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Newsweek 5/29-6/5/2020

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This exciting weekly publication offers a clear combination of news, culture and thought-provoking ideas that challenge the smart and inquisitive. Our promise is to put the reporting back into the news.

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United States
The Newsweek/Daily Beast Company LLC
37 Issues

in this issue

1 min.
the archives

1952 Newsweek reported that in 1951 “blazes burned 10,781,039 acres of forest lands, destroying almost $50,000,000 worth of growing timber.” However, Smokey Bear was helping raise awareness and reduce wildfire incidents. “Since he started his crusade [in 1944], forest fires have decreased 90 per cent of the normal prewar level, despite the fact that 45 per cent more human beings have taken to the woods.” Last year, Smokey Bear celebrated his 75th birthday, just after California experienced its worst fire season on record, with an estimated 1,963,101 acres burned. 1970 “Churning into the second half of 1970, the U.S. economy presents a confusing outlook of recession blended with inflation,” said Newsweek. During this recession—which lasted less than a year—GDP fell 0.6 percent in 1970’s first quarter. By comparison, GDP fell 4.8 percent in…

7 min.
chasing the ghost of walter cronkite

ON APRIL 6, 12 MILLION AMERICANS WATCHED AS ABC news anchor David Muir called coronavirus “our Pearl Harbor, our 9/11 moment.” Beginning that day and for the rest of the following week ABC’s World News Tonight with David Muir did something that even the late, great Walter Cronkite had been unable to do: beat out everything else on television to become the highest-rated show on the air. World News Tonight was the highest-rated show for six of eight weeks in March and April, topping the likes of highly-rated network entertainment shows like NCIS, The Voice, American Idol and The Masked Singer. ABC is not the only news operation feeling the boost; competitors NBC Nightly News with Lester Holt and CBS Evening News with Norah O’Donnell have also been beating most entertainment…

6 min.
jet-skiing through the pandemic

FEW WORLD LEADERS HAVE BEEN as exposed by the coronavirus pandemic as Brazilian President Jair Bolsonaro. The far-right leader has consistently rejected any suggestion that the virus—which has killed some 12,400 Brazilians—poses a threat to his citizens, and repeatedly attacked any lawmakers, media figures or even his own ministers who disagree. Bolsonaro was swept to power in a wave of anti-establishment sentiment in the 2018 presidential election. The 65-year-old was already one of the most divisive world leaders before the pandemic, but its arrival in Brazil has highlighted the shortcomings of the populist who has shown little regard for science or public health. There have now been more than 178,000 confirmed cases in the country—the eighth-highest case load in the world—and the daily increase in that total is still accelerating. Last weekend,…

1 min.
talking points

“I wish I had done more to call attention to the danger.”—BILL GATES ON CORONAVIRUS“SIR, WHY ARE YOU SAYING THAT TO ME SPECIFICALLY? THAT I SHOULD ASK CHINA?”—CBS NEWS REPORTER WEIJIA JIANG, PRESIDENTIAL PRESS CONFERENCE“thanks to some f------bat eating, wet market animal selling, virus making greedy bastards, the whole world is now on hold, not to mention the thousands that have suffered or died from this virus.”—BRYAN ADAMS“I know you guys are working hard, I know you guys are tired. I just want to say I appreciate all you guys and keep up the good work and please keep being safe.”—SHAQUILLE O’NEAL TO HOSPITAL WORKERS IN SOMERVILLE, NEW JERSEY“I DON’T HAVE THE LUXURY OF BLEAKNESS BECAUSE I’M A SHINING EXAMPLE OF WHAT IS POSSIBLE.”—Stacey Abrams on what keeps her optimistic…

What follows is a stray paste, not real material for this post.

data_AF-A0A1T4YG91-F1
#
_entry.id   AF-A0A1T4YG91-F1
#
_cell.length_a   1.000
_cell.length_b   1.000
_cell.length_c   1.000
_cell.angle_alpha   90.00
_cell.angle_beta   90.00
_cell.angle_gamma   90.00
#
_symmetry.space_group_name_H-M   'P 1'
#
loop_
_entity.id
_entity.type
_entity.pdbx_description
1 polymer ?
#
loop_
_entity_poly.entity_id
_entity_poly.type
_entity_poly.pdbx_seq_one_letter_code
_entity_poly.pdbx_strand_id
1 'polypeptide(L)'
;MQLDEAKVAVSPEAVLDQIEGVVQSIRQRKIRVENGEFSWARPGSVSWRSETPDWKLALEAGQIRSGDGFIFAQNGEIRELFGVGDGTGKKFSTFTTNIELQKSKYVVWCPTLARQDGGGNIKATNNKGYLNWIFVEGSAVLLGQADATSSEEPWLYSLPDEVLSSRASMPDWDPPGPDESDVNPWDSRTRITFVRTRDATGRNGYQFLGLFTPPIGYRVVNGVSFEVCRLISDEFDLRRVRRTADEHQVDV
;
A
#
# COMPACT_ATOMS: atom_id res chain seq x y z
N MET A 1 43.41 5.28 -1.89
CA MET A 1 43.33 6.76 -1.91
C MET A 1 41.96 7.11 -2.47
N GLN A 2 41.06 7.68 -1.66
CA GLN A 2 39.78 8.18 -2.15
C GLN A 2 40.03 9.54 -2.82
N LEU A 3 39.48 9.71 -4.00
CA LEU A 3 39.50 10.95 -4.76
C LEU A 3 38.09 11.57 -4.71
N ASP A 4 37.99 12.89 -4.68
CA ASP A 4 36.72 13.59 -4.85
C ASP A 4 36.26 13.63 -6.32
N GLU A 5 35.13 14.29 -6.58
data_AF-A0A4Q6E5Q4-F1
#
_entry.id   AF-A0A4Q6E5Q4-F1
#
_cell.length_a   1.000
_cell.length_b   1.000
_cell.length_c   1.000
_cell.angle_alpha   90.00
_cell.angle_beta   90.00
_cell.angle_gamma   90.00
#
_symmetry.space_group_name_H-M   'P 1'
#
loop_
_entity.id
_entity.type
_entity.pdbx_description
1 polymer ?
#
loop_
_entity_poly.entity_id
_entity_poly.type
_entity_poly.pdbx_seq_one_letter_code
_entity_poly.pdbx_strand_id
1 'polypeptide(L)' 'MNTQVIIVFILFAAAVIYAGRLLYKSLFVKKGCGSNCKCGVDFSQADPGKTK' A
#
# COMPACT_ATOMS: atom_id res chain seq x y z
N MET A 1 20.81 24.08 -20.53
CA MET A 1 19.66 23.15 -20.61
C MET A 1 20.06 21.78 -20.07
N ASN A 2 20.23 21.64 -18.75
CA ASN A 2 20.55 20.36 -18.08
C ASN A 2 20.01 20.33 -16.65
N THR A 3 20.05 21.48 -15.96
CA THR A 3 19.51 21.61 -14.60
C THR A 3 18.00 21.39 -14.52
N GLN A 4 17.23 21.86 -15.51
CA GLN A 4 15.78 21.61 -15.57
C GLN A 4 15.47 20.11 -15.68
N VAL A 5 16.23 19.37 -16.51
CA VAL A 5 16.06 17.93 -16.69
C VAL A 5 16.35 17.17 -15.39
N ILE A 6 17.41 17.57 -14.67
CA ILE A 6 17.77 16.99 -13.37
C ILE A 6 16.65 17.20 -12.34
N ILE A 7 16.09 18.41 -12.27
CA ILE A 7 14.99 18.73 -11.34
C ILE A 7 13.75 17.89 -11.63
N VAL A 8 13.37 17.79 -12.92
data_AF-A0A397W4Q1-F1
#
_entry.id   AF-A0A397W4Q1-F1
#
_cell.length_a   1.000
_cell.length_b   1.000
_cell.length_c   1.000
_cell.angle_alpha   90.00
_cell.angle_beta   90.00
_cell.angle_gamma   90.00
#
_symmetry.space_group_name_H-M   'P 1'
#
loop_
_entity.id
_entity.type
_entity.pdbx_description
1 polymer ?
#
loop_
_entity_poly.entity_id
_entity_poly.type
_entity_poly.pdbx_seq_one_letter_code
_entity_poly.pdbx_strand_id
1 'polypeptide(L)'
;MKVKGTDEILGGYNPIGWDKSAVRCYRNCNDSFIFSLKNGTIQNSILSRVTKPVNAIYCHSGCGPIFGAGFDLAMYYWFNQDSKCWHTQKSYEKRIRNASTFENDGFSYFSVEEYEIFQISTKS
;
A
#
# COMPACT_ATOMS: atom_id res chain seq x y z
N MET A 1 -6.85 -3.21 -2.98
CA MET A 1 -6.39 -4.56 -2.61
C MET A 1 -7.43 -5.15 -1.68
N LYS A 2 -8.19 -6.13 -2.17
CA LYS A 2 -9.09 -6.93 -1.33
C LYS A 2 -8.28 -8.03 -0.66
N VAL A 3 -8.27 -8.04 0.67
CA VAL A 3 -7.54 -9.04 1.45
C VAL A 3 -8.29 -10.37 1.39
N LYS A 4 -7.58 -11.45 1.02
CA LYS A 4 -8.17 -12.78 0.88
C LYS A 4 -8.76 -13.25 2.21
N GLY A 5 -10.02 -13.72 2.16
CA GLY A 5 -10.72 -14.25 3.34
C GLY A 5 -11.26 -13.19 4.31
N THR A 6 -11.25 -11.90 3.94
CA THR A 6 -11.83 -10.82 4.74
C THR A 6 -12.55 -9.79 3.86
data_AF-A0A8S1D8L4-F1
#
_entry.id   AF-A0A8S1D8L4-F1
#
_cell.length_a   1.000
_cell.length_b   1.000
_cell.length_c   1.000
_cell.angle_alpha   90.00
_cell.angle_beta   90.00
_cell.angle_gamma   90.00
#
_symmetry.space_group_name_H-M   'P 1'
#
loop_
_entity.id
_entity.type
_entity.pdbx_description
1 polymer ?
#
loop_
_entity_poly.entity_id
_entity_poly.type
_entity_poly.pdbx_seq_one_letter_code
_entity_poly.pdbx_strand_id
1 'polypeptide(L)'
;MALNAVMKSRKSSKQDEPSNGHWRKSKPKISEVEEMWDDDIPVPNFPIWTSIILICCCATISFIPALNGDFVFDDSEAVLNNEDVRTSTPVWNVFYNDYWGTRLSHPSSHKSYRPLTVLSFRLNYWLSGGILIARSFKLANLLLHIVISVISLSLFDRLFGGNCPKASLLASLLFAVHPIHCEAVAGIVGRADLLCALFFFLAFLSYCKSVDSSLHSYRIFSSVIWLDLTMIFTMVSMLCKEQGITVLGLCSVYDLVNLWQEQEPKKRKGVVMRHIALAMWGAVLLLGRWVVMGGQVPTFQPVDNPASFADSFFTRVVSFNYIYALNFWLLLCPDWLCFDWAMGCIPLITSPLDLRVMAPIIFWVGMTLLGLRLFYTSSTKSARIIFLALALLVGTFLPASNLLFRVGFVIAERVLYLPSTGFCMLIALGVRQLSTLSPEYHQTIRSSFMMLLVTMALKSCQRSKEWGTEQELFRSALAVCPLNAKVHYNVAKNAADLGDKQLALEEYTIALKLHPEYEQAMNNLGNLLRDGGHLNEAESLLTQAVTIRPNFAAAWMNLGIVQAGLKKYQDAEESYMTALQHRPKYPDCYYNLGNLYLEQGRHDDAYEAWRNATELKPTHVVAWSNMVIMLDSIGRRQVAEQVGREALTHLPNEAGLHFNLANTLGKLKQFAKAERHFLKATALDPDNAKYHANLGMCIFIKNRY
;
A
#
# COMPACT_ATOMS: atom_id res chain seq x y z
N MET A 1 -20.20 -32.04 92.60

9 min.
game of drones

WITH THE WORLD ON PAUSE DUE TO THE CORONAVIRUS AND HOME DELIVERY increasingly important, including for those who never relied on it before, Amazon.com’s ability to deliver essentials to our doorsteps has never been more important. Before the pandemic, Amazon.com had already saturated the American ethos, consuming 2 percent of U.S. household income; even more American households are Prime members (57 percent) than attend church (51 percent). Yet, Amazon founder Jeff Bezos—the world’s richest man in 2019—has never been content to rest on his laurels. In his new book, Bezonomics, award-winning Fortune magazine reporter Brian Dumaine examines how Bezos used technology to disrupt business models and consumer behavior. In this excerpt, Dumaine discusses the future of the last-mile of deliveries and its implications for helping contain costs, delivery time—and even…

3 min.
q&a: brian dumaine

A star engineer resigned over Amazon’s treatment of warehouse workers and the firing of whistleblowers during the pandemic. What kind of problems do you foresee for the company resulting from this chain of events? Amazon made some mistakes handling safety issues during the pandemic, and the resignation of this engineer gives credence to those workers’ complaints. The company, which said it will spend $4 billion on COVID-related safety issues, is working hard to address those problems, but its reputation as America’s most-trusted brand has taken a hit. Also, Congress has asked Bezos to testify about uncompetitive practices, and he’s sure to be grilled about his treatment of these workers, something the world’s richest person can’t be happy about. Why this book? Amazon represents an inflection point in the way we live and do…